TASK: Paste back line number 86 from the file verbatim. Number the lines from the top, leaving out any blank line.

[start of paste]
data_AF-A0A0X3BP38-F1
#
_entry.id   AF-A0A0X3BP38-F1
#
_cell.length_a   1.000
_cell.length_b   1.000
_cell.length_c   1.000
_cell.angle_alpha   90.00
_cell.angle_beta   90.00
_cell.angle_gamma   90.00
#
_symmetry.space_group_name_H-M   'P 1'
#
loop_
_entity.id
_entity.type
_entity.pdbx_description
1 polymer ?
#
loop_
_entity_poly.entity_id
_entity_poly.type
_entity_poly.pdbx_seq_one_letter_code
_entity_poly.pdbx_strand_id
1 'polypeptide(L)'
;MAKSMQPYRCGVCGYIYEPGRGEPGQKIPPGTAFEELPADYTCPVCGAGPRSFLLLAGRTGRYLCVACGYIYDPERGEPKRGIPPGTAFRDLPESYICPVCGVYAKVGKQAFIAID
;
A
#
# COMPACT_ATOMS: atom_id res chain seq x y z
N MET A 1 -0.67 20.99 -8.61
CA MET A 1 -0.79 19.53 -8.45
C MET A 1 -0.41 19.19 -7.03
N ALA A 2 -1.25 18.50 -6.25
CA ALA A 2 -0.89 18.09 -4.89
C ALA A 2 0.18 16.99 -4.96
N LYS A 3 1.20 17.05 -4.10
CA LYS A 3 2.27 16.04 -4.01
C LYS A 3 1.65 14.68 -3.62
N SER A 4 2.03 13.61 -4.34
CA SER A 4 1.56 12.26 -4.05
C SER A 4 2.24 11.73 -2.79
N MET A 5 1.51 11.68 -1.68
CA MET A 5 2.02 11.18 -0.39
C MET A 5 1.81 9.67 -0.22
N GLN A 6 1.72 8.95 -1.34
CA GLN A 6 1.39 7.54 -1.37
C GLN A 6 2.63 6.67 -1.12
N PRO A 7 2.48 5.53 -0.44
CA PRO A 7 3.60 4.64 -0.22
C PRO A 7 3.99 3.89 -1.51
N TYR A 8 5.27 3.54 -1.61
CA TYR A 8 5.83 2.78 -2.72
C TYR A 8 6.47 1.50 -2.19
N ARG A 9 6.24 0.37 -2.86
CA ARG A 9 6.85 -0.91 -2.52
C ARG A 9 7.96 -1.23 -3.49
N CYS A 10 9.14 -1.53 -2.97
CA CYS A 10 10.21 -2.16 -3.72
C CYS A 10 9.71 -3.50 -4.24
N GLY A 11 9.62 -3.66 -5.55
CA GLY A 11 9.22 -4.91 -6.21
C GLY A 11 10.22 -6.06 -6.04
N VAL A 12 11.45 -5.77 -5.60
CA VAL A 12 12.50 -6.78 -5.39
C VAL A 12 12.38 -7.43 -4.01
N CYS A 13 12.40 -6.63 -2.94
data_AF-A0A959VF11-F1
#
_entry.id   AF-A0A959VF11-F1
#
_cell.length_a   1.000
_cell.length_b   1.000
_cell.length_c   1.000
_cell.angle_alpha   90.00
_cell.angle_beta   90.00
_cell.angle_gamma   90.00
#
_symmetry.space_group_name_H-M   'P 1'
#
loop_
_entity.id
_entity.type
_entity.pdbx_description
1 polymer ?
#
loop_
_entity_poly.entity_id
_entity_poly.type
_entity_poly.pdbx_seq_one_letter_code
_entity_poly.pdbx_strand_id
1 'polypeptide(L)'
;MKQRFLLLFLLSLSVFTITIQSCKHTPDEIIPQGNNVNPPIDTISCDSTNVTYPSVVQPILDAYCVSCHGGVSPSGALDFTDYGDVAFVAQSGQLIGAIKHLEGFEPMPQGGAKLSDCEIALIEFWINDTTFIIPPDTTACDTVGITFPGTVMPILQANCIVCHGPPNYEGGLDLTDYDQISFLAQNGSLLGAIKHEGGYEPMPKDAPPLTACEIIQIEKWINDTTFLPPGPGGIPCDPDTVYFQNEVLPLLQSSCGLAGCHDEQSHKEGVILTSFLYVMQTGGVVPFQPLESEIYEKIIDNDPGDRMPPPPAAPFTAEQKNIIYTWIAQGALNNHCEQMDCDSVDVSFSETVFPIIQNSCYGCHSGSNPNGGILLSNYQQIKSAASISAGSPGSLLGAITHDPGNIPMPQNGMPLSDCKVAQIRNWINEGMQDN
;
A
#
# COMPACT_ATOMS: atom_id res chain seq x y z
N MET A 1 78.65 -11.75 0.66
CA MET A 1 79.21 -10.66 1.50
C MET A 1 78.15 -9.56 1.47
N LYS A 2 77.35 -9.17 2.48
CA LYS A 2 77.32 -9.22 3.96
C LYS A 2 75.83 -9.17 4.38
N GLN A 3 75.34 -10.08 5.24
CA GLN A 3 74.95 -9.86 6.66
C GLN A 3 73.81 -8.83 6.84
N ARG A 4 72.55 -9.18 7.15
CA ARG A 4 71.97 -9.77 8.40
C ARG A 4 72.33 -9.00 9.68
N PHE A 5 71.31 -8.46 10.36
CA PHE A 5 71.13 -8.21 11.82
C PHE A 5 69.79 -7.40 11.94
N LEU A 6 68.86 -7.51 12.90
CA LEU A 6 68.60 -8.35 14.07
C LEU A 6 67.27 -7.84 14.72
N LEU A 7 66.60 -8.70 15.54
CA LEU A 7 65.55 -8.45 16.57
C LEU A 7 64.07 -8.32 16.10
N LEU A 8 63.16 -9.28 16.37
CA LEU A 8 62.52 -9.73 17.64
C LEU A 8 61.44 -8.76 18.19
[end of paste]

#